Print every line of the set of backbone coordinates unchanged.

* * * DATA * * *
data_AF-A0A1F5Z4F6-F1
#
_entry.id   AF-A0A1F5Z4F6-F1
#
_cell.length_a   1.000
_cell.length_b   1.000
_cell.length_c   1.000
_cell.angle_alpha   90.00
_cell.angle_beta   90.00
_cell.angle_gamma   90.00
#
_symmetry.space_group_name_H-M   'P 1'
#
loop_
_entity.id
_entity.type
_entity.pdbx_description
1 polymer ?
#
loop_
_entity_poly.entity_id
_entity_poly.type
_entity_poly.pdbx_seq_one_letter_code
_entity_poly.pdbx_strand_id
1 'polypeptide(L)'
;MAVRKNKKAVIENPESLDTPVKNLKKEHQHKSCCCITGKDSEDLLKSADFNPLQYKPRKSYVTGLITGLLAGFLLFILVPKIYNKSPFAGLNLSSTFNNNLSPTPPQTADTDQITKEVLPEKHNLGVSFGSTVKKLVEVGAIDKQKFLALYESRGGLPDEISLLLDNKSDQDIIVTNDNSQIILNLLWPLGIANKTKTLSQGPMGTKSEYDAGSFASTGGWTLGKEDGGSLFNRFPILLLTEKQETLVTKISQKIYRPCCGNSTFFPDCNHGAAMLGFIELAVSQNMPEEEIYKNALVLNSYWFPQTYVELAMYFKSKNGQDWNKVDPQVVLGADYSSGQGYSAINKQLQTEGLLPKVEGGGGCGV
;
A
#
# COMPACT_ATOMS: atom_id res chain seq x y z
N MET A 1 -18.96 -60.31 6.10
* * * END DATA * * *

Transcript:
data_AF-A0A1F5Z4F6-F1
#
_entry.id   AF-A0A1F5Z4F6-F1
#
_cell.length_a   1.000
_cell.length_b   1.000
_cell.length_c   1.000
_cell.angle_alpha   90.00
_cell.angle_beta   90.00
_cell.angle_gamma   90.00
#
_symmetry.space_group_name_H-M   'P 1'
#
loop_
_entity.id
_entity.type
_entity.pdbx_description
1 polymer ?
#
loop_
_entity_poly.entity_id
_entity_poly.type
_entity_poly.pdbx_seq_one_letter_code
_entity_poly.pdbx_strand_id
1 'polypeptide(L)'
;MAVRKNKKAVIENPESLDTPVKNLKKEHQHKSCCCITGKDSEDLLKSADFNPLQYKPRKSYVTGLITGLLAGFLLFILVPKIYNKSPFAGLNLSSTFNNNLSPTPPQTADTDQITKEVLPEKHNLGVSFGSTVKKLVEVGAIDKQKFLALYESRGGLPDEISLLLDNKSDQDIIVTNDNSQIILNLLWPLGIANKTKTLSQGPMGTKSEYDAGSFASTGGWTLGKEDGGSLFNRFPILLLTEKQETLVTKISQKIYRPCCGNSTFFPDCNHGAAMLGFIELAVSQNMPEEEIYKNALVLNSYWFPQTYVELAMYFKSKNGQDWNKVDPQVVLGADYSSGQGYSAINKQLQTEGLLPKVEGGGGCGV
;
A
#
# COMPACT_ATOMS: atom_id res chain seq x y z
N MET A 1 -18.96 -60.31 6.10